Barry S. Edwards is a member of the Poynter Foundation board of directors and (according to their bio of him) also a “frequent guest on several of the local Tampa Bay market political shows.” However, while a professor at FSU twenty years ago, Edwards was a serial predator, unlawfully and immorally preying on multiple students under his supervision for sex and favors.
Previous media reporting on Edwards’ activities at FSU mentioned only the accuser who filed the complaint with FSU police. But the investigative report, which the Guardian obtained through a public records request, shows multiple students giving remarkably similar written statements of predation and extortion by Edwards.
The 251 page police investigative report contains written statements by a dozen people alleging various improprieties by Edwards. It also contains allegations by the Boy Scouts of America national headquarters, allegations which led them to revoke his membership when Edwards was 32 years old. This new information suggests a pattern of predation, not just a single incident of bad judgment.
Importantly, Edwards has in the past said the charges against him were “unfounded” and called the allegations by his accuser “lies.” So who’s lying: Edwards or his multiple accusers? Was Edwards a serial predator or was his arrest the result of a single lapse in judgment? Has his behavior changed since that time?
It began on June 5th, 1998, with a criminal complaint by a 19-year old male FSU student alleging that Edwards had asked the student to come to his apartment, plied him with beers, taken him cruising for prostitutes, made him masturbate in front of Edwards, asked for a massage, and threatened him with bad grades if he didn’t ‘’get into’’ these activities.
The student reported the incident to the police and Edwards was arrested for extortion on June 9th, 1998.
The FSU police department duly investigated. In a recorded statement, another student told police that he had also been asked to visit Edwards in his apartment, that Edwards put on a pornographic video tape, asked the student to give him a blow job and asked for a massage.
The student was able to describe the inside of Edwards’ apartment, and had made contemporaneous statements to others about his discomfort with the incident.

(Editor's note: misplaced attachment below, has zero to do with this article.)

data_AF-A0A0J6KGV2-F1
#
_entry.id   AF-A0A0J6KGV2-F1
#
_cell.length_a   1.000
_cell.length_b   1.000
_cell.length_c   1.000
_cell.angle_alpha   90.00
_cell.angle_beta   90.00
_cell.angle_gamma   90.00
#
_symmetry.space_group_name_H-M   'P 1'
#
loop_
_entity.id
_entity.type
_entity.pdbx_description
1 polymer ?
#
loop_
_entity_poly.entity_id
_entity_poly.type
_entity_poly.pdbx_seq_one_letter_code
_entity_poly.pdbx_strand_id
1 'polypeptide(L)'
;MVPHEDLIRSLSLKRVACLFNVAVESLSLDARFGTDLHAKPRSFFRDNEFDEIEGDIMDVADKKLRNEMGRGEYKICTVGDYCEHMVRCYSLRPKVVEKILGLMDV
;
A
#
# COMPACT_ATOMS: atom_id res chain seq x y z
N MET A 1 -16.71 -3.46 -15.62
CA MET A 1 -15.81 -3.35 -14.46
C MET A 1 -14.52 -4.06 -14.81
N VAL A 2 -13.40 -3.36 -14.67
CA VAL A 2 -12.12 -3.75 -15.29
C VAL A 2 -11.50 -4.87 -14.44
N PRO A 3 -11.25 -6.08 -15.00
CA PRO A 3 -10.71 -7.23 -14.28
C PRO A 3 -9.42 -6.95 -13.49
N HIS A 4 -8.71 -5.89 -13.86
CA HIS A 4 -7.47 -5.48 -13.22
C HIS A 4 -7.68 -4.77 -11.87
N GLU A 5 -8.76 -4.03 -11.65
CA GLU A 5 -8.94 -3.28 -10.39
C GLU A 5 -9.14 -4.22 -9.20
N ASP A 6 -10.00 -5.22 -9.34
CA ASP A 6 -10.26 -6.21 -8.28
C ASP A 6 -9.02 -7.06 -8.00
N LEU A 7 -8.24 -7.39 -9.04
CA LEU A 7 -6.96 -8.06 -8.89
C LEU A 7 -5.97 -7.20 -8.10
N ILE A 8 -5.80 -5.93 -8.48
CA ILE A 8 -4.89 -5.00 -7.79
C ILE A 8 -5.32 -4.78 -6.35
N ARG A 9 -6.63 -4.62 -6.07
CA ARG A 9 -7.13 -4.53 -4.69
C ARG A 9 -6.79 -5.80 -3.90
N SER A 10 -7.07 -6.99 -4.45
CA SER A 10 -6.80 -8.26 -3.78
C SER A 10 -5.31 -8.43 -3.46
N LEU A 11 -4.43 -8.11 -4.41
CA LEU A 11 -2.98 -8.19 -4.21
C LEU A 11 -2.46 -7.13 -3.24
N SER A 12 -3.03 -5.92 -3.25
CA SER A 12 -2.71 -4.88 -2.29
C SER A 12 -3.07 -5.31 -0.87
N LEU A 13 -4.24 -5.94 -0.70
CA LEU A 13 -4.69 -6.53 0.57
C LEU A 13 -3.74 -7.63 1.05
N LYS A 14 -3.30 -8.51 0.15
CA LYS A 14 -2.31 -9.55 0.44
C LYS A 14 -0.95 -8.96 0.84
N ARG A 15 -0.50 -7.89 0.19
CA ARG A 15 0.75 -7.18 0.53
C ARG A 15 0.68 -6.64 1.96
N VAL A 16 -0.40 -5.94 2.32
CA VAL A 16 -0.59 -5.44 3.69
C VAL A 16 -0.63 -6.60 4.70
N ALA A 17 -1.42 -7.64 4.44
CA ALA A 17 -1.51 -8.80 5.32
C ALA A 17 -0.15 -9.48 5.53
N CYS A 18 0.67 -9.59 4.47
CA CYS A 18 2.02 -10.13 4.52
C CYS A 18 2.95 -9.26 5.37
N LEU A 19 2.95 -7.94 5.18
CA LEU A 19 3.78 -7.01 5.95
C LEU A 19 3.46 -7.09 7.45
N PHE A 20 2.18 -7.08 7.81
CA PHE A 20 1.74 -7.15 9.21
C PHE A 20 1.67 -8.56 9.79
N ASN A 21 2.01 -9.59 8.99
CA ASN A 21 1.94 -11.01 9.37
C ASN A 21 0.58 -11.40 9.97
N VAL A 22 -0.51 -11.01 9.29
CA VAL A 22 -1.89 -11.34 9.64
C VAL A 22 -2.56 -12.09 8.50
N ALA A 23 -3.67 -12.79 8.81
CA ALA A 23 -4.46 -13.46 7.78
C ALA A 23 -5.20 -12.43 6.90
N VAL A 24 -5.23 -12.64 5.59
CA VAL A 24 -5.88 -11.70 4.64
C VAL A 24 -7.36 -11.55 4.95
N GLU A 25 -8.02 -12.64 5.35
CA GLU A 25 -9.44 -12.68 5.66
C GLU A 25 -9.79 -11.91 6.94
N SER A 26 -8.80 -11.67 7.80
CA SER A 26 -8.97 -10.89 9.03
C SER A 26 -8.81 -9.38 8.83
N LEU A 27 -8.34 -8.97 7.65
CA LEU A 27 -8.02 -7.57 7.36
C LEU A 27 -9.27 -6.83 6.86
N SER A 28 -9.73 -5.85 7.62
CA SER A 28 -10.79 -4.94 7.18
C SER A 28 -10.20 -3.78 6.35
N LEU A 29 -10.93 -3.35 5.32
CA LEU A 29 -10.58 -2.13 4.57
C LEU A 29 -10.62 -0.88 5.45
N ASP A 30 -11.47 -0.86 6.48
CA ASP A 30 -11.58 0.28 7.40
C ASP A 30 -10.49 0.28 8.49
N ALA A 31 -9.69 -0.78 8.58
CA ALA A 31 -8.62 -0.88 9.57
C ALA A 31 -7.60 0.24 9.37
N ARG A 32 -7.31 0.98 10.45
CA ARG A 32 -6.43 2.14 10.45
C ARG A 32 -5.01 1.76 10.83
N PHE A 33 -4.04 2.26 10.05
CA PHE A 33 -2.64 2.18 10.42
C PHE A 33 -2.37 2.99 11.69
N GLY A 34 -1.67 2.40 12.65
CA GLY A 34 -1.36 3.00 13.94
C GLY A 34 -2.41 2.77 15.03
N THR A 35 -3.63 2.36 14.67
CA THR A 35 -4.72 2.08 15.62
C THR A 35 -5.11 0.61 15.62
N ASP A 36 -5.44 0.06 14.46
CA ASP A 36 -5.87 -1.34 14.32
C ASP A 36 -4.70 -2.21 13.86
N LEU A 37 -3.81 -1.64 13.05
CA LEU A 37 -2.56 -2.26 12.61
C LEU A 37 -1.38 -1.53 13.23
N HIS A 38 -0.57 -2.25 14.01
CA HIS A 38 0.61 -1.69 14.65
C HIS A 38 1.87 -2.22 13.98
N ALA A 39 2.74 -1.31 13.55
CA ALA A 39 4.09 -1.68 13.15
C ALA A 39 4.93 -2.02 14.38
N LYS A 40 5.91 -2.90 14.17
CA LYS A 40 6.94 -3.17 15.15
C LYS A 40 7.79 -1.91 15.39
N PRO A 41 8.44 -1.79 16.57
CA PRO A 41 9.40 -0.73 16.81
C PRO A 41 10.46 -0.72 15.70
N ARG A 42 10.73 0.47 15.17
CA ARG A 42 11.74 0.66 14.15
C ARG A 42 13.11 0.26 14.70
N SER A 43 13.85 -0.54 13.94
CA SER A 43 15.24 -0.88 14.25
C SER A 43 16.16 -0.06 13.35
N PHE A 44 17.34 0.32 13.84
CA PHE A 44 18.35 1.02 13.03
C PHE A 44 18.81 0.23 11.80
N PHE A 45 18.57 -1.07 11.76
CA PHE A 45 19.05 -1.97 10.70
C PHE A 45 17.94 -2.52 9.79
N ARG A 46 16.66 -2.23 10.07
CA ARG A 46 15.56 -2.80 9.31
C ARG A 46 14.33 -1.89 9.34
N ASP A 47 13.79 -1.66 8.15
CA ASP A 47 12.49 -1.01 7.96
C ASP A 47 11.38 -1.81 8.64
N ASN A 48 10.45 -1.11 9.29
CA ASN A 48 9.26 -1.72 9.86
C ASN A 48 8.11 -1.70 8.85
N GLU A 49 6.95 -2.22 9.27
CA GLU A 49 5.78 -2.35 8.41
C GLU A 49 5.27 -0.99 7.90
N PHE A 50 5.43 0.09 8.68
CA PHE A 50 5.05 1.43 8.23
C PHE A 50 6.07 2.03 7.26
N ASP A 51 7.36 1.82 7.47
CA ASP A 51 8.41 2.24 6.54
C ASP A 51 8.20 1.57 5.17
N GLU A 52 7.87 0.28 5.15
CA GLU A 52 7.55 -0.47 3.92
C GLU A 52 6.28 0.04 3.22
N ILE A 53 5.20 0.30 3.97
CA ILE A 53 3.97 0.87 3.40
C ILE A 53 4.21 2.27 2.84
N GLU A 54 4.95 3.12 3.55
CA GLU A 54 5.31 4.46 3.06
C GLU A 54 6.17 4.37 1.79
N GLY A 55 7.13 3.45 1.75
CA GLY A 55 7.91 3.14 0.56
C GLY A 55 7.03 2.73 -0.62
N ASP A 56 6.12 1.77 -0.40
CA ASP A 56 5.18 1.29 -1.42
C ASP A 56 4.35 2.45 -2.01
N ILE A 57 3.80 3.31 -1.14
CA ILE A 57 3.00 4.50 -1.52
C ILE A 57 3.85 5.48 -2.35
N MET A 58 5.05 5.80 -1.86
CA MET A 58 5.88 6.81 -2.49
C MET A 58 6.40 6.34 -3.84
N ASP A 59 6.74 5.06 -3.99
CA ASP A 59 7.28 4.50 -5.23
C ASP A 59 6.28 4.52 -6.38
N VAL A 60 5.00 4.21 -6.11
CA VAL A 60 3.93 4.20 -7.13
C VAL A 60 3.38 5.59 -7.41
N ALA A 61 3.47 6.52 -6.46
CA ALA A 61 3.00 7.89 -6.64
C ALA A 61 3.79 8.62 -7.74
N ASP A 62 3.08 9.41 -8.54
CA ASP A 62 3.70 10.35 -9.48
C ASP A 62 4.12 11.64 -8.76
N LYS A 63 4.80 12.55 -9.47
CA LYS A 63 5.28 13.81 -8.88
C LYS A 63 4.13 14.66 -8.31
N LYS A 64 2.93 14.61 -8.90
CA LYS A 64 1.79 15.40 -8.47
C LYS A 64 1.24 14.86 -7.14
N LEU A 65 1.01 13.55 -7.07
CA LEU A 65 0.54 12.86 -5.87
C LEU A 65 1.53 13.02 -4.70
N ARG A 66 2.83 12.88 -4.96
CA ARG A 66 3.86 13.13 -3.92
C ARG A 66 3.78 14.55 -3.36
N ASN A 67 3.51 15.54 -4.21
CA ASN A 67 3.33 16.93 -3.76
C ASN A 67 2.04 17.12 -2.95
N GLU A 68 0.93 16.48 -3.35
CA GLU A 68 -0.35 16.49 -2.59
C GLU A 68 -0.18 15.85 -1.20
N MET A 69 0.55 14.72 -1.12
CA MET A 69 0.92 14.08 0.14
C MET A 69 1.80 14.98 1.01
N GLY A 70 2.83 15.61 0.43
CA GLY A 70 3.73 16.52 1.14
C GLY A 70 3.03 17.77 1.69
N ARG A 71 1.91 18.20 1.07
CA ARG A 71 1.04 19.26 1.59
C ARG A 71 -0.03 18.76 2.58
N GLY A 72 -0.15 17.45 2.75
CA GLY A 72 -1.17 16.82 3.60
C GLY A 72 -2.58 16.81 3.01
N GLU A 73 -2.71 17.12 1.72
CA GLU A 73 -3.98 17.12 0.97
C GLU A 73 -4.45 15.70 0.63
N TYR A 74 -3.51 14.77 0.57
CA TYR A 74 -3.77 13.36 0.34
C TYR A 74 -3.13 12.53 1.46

There was yet another student interviewed by police who had contacted police after Edwards’s arrest and said he “had a similar incident” with Edwards. The Guardian is not publishing the police records in order to protect the innocent.
We contacted Edwards through the Poynter Foundation and included written allegations by six additional accusers from the police report. We asked if Edwards also denies their allegations, and whether he still claims that that the accusations by the initial accuser were “lies.” We wrote “if the accusations [by the initial accuser] are true, do the honorable thing for the alleged victim and his family” since the statute of limitation has passed.
We asked a total of 14 specific questions, including asking Edwards to confirm or deny allegations made by the Boy Scouts of America (more on that below). Neither Edwards nor Poynter Foundation executive director Elisa Jackson responded.
The allegations by a dozen student and staff paint a picture of a then 36-year old FSU faculty member neglecting his work to prey on students under his tutelage for sex for himself….and perhaps procuring students for sex with others.
Edwards also sold a stolen FSU laptop to a friend. Other computer equipment stolen from the student union was found in his apartment, and there were allegations that he also dealt in equipment stolen from the Florida House and Senate. Edwards was arrested a second time on these charges.
Court records indicate that Edwards served less than three months in jail, and only for dealing in stolen property. With several people telling similar stories of sexual extortion, why didn’t the State’s Attorney’s office pursue the more serious extortion charge?
Questioning the actions of the State Attorney is warranted. The initial accuser told police that Edwards claimed that the same State Attorney’s Office would keep Edwards “informed” when there going to be street arrests in the Frenchtown area. This is the area where Edwards took the 19-year old initial accuser to go cruising for prostitutes. Edwards threatened the student with a bad grade if he didn’t come along.
As a FSU faculty member in the Department of Political Science, Edwards taught no classes. His only responsibility was the department’s small internship program. A university investigation before his arrest found that 21 of 28 students who had participated in Edwards’ internship program were not eligible to be in the program.